Overcoming the 7 conversion objections of high price sales pages - DavidLindop.co

Overcoming the 7 conversion objections of high price sales pages

Understanding what drives more sales or leads isn’t just about increasing revenue, although admittedly that’s also a nice benefit. It’s also incredibly satisfying to test a theory and see results.

However, the scattergun approach of changing layouts, headlines and button text will only get you so far — guessing what encourages customers to buy is only half the story.

It’s also important to understand why people don’t buy.

Today we’ll help to improve your sales pages with some powerful advice for overcoming the most common objections to conversion.

We’ll look at higher price products simply because the conversion objections are much more noticeable. But don’t worry if you don’t ask premium prices, the concepts can be applied to almost any product or service.

What are conversion objections?

Every visitor brings natural anxiety and doubts to your sales page. Certain boxes that need checking before they’ll share their hard-earned money.

Answer enough of of these concerns, questions and needs, and they feel much more comfortable making a purchase.

Leave those doubts unaddressed and you’ll lose the sale without ever knowing why.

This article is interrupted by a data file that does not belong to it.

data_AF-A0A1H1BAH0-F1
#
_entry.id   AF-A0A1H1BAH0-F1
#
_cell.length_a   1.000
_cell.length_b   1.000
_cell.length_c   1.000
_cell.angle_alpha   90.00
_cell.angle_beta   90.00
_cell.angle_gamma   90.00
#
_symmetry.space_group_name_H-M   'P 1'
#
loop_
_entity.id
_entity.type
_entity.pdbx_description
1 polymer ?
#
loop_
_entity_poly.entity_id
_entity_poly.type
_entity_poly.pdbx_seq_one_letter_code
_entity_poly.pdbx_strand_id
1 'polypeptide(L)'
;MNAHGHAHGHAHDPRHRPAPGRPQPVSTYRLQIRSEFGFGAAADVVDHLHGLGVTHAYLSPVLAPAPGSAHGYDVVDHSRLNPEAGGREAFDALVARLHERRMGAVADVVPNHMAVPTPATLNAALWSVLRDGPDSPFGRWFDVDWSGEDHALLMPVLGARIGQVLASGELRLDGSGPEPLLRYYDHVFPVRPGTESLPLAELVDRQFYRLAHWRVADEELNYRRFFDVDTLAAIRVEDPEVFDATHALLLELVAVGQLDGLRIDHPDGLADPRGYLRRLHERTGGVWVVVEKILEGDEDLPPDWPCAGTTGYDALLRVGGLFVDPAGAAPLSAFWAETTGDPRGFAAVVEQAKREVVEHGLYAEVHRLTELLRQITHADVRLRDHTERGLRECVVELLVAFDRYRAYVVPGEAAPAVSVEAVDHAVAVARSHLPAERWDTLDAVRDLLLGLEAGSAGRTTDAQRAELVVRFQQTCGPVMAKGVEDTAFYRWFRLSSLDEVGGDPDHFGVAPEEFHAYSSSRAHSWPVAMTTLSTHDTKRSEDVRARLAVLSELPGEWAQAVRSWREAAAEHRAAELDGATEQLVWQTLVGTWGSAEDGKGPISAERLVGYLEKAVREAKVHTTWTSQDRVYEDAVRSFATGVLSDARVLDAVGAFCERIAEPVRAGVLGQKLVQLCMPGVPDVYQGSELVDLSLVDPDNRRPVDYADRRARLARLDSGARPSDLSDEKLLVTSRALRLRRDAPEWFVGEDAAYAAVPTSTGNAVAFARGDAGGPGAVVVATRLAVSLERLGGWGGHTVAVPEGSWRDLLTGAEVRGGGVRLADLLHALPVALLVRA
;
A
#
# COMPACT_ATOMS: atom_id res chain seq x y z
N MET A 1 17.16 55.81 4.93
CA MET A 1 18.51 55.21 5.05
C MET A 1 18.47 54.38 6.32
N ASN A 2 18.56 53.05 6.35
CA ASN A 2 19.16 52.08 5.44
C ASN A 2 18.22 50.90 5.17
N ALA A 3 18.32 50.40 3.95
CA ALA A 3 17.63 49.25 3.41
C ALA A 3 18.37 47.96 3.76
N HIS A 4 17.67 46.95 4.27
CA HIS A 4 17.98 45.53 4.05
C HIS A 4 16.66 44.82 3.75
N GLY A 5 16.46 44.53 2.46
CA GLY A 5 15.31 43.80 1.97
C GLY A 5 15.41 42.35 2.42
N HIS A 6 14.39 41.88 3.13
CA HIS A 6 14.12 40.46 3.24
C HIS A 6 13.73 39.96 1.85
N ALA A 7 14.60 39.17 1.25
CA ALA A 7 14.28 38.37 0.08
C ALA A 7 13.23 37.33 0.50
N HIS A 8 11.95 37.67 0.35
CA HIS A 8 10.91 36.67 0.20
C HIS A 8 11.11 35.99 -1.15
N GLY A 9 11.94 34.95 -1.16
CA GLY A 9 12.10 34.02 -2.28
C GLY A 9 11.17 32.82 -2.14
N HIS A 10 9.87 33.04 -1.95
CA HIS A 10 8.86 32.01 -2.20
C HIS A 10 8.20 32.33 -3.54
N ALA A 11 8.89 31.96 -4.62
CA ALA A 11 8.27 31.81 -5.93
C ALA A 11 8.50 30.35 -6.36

These are conversion objections… and they can stop even the most targeted visitors from converting.

You can’t eliminate barriers altogether. But you can purposefully design your sales page to overcome them.

In today’s psychology-packed article, you’ll learn how to overcome these big 7 customer conversion objections:

  1. Price
  2. Value
  3. Social proof
  4. The human element
  5. Is it right for me?
  6. Risk
  7. Permission

1. Price

Customer objection to price is never defined by just the number. $10 isn’t cheap and $10,000 isn’t expensive. They are simply numbers without context.

$10 for a sandwich could be expensive. $10,000 for a new car could be cheap.

On your sales page, objection to price is defined by 3 factors:

  1. How your audience perceives the value of your product
  2. The potential impact on their cashflow